the world bank pricing approach vis vis market trends l.
Skip this Video
Loading SlideShow in 5 Seconds..
The World Bank Pricing Approach vis-à-vis Market Trends PowerPoint Presentation
Download Presentation
The World Bank Pricing Approach vis-à-vis Market Trends

Loading in 2 Seconds...

play fullscreen
1 / 17

The World Bank Pricing Approach vis-à-vis Market Trends - PowerPoint PPT Presentation

  • Uploaded on

The World Bank Pricing Approach vis-à-vis Market Trends. (This information is confidential until the official release Of the State and Trends of the Carbon Markets 2006). HCC Meeting, Cologne, April, 2007 Alexandre Kossoy, Philippe Ambrosi, Eduardo Dopazo. Outline. Updated Market Trends

I am the owner, or an agent authorized to act on behalf of the owner, of the copyrighted work described.
Download Presentation

The World Bank Pricing Approach vis-à-vis Market Trends

An Image/Link below is provided (as is) to download presentation

Download Policy: Content on the Website is provided to you AS IS for your information and personal use and may not be sold / licensed / shared on other websites without getting consent from its author.While downloading, if for some reason you are not able to download a presentation, the publisher may have deleted the file from their server.

- - - - - - - - - - - - - - - - - - - - - - - - - - E N D - - - - - - - - - - - - - - - - - - - - - - - - - -
Presentation Transcript
the world bank pricing approach vis vis market trends

The World Bank Pricing Approach vis-à-vis Market Trends

(This information is confidential until the official release

Of the State and Trends of the Carbon Markets 2006)

HCC Meeting, Cologne,

April, 2007

Alexandre Kossoy,Philippe Ambrosi, Eduardo Dopazo

  • Updated Market Trends
    • DECRG State and Trends of the Carbon Market 2006
    • 2007 preliminary trends
  • The World Bank Pricing Approach
    • Methodology (transparency and coherence)
    • Price adjustment factors (risk allocation and broader commercial conditions)
    • Bank competitive advantages
  • Consistency between the WB and the Market
    • Deals Signed by the WB (prices paid vs. approach)
    • Evolution WB Prices (vis-à-vis market prices)
latest market evolution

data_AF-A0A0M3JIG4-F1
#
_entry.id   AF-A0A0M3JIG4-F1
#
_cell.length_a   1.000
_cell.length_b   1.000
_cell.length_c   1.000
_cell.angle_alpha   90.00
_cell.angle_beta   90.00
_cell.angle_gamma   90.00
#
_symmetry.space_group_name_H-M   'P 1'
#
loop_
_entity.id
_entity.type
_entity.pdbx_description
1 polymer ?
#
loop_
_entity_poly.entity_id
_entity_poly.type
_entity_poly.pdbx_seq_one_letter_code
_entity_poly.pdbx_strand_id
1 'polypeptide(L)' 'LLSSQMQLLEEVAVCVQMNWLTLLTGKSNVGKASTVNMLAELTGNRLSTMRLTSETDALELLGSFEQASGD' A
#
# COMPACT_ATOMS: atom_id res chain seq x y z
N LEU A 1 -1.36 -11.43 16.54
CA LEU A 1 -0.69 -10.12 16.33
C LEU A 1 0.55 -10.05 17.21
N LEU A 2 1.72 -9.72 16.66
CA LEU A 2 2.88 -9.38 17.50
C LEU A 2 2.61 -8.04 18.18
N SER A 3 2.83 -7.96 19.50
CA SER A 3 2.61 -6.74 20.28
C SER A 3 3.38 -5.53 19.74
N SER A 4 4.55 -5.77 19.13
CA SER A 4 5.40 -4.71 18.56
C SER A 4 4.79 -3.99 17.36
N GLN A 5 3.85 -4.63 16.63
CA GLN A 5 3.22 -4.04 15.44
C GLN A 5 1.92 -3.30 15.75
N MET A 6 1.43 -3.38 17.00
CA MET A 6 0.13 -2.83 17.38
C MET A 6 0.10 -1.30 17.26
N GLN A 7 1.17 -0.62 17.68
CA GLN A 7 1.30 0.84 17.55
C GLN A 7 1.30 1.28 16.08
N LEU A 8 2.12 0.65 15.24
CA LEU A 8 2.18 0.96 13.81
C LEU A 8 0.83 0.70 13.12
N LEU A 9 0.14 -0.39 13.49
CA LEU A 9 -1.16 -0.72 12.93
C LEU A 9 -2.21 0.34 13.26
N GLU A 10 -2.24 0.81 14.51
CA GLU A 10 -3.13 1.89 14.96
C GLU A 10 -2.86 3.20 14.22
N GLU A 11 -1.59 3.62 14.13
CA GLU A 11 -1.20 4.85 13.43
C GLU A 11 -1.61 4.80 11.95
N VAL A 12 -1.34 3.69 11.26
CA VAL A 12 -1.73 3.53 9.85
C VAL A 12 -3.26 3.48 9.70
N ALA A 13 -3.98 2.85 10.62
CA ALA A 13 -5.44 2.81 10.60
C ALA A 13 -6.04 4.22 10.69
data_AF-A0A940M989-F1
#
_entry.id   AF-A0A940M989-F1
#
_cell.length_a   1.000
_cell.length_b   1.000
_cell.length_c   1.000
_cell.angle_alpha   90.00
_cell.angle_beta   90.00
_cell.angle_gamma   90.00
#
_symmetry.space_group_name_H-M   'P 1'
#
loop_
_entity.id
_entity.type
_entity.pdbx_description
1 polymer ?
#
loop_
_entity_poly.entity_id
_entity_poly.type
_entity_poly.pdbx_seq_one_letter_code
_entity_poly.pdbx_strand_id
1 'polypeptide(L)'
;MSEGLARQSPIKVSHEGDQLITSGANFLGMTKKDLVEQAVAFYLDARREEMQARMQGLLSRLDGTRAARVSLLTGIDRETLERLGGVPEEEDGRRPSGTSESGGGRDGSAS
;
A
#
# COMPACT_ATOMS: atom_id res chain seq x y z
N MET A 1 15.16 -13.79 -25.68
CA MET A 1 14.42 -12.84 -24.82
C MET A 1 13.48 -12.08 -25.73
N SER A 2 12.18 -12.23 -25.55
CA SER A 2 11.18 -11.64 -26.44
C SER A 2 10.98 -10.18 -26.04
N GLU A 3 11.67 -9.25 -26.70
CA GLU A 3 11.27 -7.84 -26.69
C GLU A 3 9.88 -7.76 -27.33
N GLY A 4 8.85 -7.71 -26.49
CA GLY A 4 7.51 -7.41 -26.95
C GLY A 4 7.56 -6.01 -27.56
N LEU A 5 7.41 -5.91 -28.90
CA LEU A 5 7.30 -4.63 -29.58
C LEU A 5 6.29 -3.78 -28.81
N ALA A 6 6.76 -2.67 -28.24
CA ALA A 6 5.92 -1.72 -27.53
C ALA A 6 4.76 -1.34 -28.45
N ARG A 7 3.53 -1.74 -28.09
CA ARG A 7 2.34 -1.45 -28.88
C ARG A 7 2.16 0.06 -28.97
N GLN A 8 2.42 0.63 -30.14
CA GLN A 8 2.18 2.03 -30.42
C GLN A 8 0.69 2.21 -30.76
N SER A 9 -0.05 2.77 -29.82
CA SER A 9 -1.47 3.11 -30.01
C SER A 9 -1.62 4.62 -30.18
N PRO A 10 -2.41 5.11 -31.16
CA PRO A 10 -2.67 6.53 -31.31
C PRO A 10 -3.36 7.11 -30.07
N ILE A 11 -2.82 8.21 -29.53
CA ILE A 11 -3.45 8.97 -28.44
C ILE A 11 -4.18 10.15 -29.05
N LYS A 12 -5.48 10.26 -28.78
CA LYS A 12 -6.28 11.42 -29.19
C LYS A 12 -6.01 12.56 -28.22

Latest Market Evolution

Carbon is mainly a financial trading market

  • US$30 billion in 2006(US$11 billion 2005), mainly from EUA trading
  • Market value arises from trading:sale, re-sale for hedging, arbitrage + compliance

Project-based market still growing

  • Higher volumes and pricesin 2006: CDM and JI doubled in value
  • Biggest Primary CER Sellers: China (61%) and India(12%)

US$ 10.4 /tCO2e

CER I $ 10.9

US$ 7.2 /tCO2e

ERU $ 8.7

US$ 5.2 /tCO2e

Source: State and Trends of the Carbon

Market 2007, The World Bank

prices up across the board6
Primary CERs traded on average at US$ 10.87

strong impact of EU-ETS (Q1) and Chinese floor price (second half of 2006)

fixed forward contracts dominate

non-firm deliveries coupled with zero-premium call options for additional V/CERs - US$ 8-10

Secondary CERs market grew rapidly in H2’06

standardization of CERs: guaranteed-delivery CERs, with almost all risks to the seller (ITL)

financial institutions, large compliance buyers and speculators

fixed and indexed fwd at a 10-20% discount to EUAs

reacts financially to developments in the EU ETS (for instance swaps bet. EUA’08 and 2ndary CERs) and to LT expectations (limit on imports or CERs origin)

Eastern enthusiasm: ERUs traded at US$ 8.62

financing the key to a successful negotiation: up to 50% upfront not uncommon, backed-up by LoG by reputable banks

some convergence w/CERs expected but upfront implies a discount and uncertainty re: issuance rules may also translate into a discount

5-yr crediting period limits full potential

Prices: Up across the Board




eu ets disconnection phi phii
EU-ETS: disconnection PhI / PhII

Ph I is long pushing EUA prices < € 1

  • Fundamentals of utilities:
    • mild weather patterns & low gas prices helped push prices down last winter
    • position hedged for Phase I
  • Compliance players buying PhI EUAs and banking CERs for Ph II (Ph II expectations and China price floor drive CER prices)

PhII expected to be short (1,000-1,500 MtCO2e)

  • EU decision on 19 NAPs, representing >80% of PhI. allowances: cut of proposed caps by 9.4% (5.8% below 2005 emissions).
  • Not-so-strict supplementarity limits (?) imports of CERs & ERUs: 1,000-1,300 MtCO2e
  • Ph II from balanced to marginally short:
    • trade-off CER/ERU vs coal to gas switch
  • Extension of other sectors, notably aviation (2011) marginally change demand-supply balance

And beyond? A strong signal to the market from EU

  • industrialized countries to 30% below 1990 levels by 2020
  • or a unilateral target of -20% within EU (EU-ETs operational)
  • RGGI and California demand underwhelming in early years; rules regarding import of offsets unclear

The World Bank pricing approach

  • W.B. used to be “price maker” in early Kyoto stages; new approach leads to a “fast follower” positioning in the market